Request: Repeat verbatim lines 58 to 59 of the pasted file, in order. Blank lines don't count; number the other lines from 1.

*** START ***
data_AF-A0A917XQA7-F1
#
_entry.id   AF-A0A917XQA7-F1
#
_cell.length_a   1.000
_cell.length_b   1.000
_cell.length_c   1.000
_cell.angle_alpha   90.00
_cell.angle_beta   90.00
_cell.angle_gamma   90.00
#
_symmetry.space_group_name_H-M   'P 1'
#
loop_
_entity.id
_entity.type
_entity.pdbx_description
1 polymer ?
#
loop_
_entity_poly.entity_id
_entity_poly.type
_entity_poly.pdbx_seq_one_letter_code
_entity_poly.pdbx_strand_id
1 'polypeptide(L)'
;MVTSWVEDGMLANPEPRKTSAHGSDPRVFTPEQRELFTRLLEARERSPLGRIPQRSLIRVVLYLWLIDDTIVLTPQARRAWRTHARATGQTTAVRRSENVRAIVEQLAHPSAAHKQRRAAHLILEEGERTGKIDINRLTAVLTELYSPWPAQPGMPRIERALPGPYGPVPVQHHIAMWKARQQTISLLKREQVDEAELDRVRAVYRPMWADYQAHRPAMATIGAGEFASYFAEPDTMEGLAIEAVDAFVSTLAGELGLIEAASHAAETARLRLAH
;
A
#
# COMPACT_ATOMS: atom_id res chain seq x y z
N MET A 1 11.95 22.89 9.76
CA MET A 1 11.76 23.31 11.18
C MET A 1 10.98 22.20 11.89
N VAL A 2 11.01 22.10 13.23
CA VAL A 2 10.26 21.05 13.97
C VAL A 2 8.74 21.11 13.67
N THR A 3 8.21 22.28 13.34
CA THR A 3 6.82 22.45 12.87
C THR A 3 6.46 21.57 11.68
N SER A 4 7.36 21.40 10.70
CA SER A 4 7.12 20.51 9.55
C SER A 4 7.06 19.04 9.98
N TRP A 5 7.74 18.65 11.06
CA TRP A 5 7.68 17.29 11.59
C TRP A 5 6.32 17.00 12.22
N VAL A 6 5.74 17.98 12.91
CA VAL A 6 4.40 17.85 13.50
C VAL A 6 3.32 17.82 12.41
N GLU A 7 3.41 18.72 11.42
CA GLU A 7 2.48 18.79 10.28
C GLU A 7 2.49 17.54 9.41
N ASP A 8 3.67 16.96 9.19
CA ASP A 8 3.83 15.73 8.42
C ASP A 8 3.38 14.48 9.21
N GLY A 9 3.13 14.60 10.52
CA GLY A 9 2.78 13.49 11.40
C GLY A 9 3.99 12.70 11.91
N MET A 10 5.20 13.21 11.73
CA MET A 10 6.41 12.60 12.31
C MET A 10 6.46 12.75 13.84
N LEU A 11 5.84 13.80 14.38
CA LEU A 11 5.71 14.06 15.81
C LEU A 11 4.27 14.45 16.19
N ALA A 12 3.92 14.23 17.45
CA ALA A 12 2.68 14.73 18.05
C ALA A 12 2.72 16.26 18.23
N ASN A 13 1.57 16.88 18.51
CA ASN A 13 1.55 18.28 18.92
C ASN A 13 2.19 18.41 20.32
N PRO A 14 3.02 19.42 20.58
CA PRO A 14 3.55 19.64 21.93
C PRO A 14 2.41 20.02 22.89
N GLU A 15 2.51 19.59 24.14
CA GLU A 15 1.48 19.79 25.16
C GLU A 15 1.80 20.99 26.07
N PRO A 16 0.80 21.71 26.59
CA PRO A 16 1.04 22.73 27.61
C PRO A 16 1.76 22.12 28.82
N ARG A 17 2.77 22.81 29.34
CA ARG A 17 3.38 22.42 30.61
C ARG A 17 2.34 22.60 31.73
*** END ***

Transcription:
N MET A 10 5.20 13.21 11.73
CA MET A 10 6.41 12.60 12.31